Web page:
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CEE MARKETS-Forint eases, central bank seen pushing for weakening

* Forint eases, but stays near strongest level since May 2015

* Hungarian central bank seen keeping interest rates on hold

* CEE bonds rangebound, equities mostly rise

BUDAPEST, Aug 22 (Reuters) - The forint touched its weakest levels this week against the euro on Tuesday before a central bank rate meeting which some market players expect to call for a weaker currency. While most Central European currencies remained rangebound, the forint eased 0.2 percent versus the single currency, to trade at 303.85 at 0837 GMT, still near its strongest levels since May 2015. "It is still firmer than the central bank probably wants to see it," one Budapest-based dealer said. The dealer said he would be looking for some hints in the bank's regular statement after the meeting about the forint, which has been supported by sound macroeconomic fundamentals. Another dealer did not rule out some kind of comments to talk down the currency. But he said only further interest rate cuts could weaken the forint. The bank has pledged to keep the benchmark base rate unchanged at 0.9 percent for a sustained period. June Hungarian gross wages figures released on Tuesday showed an annual rise of 14.4 percent, maintaining the fastest pace since 2005 and one of the fastest growth rates in Central Europe. The Hungarian wage surge is still unlikely to lift annual average inflation above the central bank's 3-percent target before 2019, a Reuters poll of analysts showed last week.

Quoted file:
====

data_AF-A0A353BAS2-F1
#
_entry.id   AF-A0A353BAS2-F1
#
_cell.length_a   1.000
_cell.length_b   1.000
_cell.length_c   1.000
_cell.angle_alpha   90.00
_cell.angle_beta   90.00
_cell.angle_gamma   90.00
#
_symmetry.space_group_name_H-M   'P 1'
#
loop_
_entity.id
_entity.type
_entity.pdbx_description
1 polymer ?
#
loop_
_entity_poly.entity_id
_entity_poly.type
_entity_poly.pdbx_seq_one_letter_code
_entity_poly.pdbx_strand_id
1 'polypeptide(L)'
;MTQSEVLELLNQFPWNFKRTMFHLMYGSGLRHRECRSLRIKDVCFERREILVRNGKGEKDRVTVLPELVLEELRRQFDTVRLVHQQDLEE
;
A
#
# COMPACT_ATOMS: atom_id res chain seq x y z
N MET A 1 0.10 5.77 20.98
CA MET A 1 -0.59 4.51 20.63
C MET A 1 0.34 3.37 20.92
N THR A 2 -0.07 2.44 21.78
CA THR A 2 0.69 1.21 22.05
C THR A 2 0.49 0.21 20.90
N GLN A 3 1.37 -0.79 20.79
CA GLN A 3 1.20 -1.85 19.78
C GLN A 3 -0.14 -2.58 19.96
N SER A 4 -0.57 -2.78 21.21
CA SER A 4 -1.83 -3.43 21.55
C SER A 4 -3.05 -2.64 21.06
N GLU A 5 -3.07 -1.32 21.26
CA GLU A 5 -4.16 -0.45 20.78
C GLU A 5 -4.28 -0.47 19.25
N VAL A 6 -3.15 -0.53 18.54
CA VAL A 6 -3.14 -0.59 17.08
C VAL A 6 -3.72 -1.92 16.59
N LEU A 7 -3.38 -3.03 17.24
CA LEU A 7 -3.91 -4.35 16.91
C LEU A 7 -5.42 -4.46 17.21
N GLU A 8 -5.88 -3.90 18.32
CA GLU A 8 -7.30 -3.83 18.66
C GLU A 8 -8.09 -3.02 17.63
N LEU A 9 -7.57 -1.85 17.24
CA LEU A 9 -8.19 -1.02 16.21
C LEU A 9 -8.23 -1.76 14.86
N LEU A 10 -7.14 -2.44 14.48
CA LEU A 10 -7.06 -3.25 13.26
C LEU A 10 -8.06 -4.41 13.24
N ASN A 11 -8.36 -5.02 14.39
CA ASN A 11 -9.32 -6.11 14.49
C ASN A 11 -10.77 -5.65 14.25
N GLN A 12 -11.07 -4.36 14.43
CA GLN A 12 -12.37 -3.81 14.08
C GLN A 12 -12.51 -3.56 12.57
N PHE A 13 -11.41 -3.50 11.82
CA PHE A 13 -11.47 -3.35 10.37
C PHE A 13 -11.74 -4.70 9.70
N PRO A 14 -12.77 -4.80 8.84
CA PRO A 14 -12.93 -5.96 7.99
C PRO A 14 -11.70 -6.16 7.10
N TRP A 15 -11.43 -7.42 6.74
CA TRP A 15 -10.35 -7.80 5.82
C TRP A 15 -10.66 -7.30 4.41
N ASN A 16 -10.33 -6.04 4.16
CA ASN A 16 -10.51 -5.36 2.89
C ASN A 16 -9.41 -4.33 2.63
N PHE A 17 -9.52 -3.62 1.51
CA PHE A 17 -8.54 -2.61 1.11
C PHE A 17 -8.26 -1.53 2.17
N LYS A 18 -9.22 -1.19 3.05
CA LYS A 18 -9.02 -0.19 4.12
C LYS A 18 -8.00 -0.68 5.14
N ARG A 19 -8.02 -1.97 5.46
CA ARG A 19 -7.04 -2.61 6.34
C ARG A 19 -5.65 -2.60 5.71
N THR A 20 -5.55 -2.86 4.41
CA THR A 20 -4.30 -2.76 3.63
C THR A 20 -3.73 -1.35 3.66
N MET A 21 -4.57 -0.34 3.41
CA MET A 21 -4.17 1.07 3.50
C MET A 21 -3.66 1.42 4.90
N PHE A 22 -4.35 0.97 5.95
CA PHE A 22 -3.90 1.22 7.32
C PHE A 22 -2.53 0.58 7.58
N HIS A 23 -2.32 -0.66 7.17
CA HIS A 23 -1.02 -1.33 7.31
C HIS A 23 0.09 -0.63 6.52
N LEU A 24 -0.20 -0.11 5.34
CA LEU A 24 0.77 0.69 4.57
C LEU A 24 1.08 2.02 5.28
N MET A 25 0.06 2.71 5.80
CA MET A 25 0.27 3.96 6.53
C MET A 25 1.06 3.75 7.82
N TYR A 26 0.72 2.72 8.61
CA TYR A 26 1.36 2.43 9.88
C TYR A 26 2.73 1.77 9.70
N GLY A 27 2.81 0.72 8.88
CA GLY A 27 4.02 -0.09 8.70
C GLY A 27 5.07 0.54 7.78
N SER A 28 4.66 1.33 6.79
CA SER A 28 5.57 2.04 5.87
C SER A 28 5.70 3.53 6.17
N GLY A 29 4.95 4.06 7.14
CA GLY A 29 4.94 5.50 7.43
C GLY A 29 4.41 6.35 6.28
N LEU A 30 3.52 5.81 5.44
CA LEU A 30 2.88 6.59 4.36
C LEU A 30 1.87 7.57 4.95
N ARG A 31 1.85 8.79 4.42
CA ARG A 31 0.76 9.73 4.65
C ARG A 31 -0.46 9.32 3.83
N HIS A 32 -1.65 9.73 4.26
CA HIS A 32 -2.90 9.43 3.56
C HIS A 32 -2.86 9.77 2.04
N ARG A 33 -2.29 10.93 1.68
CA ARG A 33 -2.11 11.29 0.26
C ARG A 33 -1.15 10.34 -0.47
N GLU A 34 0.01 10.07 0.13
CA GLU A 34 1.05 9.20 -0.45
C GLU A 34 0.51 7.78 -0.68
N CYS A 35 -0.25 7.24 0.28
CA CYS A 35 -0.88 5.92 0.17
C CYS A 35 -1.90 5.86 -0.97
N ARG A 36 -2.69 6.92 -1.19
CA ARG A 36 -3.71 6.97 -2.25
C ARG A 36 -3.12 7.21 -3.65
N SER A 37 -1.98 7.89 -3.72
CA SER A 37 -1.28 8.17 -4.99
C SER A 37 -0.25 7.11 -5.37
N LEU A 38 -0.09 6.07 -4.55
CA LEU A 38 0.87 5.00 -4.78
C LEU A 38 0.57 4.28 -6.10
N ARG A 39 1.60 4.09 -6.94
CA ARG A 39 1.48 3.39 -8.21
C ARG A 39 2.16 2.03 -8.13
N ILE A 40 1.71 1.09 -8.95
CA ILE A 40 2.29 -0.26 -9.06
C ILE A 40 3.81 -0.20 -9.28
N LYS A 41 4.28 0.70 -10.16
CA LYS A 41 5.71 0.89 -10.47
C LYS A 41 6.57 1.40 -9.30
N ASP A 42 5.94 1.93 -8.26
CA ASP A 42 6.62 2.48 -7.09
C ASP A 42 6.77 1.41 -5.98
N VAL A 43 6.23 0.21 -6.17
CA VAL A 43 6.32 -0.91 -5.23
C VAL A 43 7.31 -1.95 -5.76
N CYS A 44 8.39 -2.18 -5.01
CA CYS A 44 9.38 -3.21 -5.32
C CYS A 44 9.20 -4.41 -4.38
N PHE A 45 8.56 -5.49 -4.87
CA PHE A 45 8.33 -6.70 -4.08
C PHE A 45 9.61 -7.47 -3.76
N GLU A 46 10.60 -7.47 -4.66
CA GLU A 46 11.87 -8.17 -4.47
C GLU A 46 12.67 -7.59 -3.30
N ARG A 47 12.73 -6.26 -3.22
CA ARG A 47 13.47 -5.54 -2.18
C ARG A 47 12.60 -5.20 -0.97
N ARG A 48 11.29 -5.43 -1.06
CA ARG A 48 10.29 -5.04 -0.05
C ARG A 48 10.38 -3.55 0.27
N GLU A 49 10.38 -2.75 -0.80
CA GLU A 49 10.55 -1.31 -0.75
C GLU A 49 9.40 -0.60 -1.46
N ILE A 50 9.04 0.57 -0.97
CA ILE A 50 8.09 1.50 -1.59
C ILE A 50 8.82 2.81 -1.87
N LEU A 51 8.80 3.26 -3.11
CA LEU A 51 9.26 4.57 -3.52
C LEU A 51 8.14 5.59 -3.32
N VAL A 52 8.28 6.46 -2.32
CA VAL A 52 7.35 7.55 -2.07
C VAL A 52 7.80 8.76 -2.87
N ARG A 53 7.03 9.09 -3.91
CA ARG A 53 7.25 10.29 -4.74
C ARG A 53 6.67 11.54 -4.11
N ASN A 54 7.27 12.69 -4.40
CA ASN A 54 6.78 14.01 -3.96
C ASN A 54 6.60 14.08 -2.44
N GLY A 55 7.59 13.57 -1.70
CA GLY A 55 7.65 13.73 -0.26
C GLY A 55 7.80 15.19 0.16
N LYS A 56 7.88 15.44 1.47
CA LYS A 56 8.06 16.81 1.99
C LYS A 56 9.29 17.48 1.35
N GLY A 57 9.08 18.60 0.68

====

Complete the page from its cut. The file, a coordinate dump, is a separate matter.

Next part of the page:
Germany's 10-year Bund yield was marginally higher on Tuesday, though near one-week lows. Hungarian bonds were slightly firmer, with the yield of the 10-year bond dropping 1 basis point to 3.05 percent. The corresponding Polish yield rose marginally from four-week lows to 3.3 percent. Hungary sold 3-month Treasury bills at an average yield of zero on Tuesday for the first time ever. Central European stock indices mostly tracked a rise of Western European shares, led by 0.5 percent rise in Budapest . Bucharest's main stock index hovered in the past two weeks' narrow ranges. The bourse shrugged off a threat from Prime Minister Mihai Tudose, reported by the daily Ziarul Financiar, that unless banks became fair and reported profits, the government would feel bound to make a list of banks where Romanians' deposits were at risk. The remarks reflected a desire to generate more taxes from banks, like Hungary and Poland. But tax policies have been changeable in Romania, and the country's banking system has been solid. The comments did not immediately affect the shares of Banca Transilvania, though the stocks eased 0.4 percent in late morning trade.

CEE MARKETS SNAPSH AT 1037 CET

OT CURRENCIES

Latest Previo Daily Change

us

bid close change in

2017

Czech crown 26.111 26.084 -0.10% 3.43% 0 5 Hungary 303.85 303.31 -0.18% 1.64% forint 00 50 Polish zloty 4.2760 4.2750 -0.02% 2.99% Romanian leu 4.5870 4.5871 +0.00 -1.13%

%

Croatian 7.4010 7.4035 +0.03 2.08% kuna % Serbian 119.34 119.38 +0.03 3.36% dinar 00 00 % Note: daily calculated previo close 1800 change from us at CET

STOCKS

Latest Previo Daily Change

us

close change in

2017

Prague 1034.6 1032.0 +0.25 +12.2 0 4 % 6% Budapest 37299. 37097. +0.54 +16.5 48 85 % 5% Warsaw 2378.2 2377.2 +0.04 +22.0 4 8 % 9% Bucharest 8308.1 8317.9 -0.12% +17.2 8 5 6% Ljubljana 811.06 809.00 +0.25 +13.0 % 3% Zagreb 1901.9 1898.4 +0.18 -4.66% 1 0 % Belgrade 721.68 723.00 -0.18% +0.60

%

Sofia 719.06 720.71 -0.23% +22.6

2% BONDS

Yield Yield Spread Daily (bid) change vs change Bund in Czech spread

Republic

2-year -0.026 -0.026 +068b -3bps

ps

5-year 0.063 -0.014 +034b -2bps

ps

10-year 0.915 0.032 +050b +2bps

ps Poland

2-year 1.772 -0.004 +248b -1bps

ps

5-year 2.633 0.003 +291b +0bps

ps

10-year 3.311 0.004 +290b +0bps

ps

FORWARD RATE AGREEMENT 3x6 6x9 9x12 3M

interb ank

Czech Rep <PR 0.6 0.7 0.8 0

IBOR=>

Hungary <BU 0.22 0.285 0.35 0.15

BOR=>

Poland <WI 1.765 1.791 1.834 1.73

BOR=>

Note: FRA are for ask quotes prices ********************************************************* *****

(Additional reporting by Luiza Ilie in Bucharest; Editing by Andrew Heavens)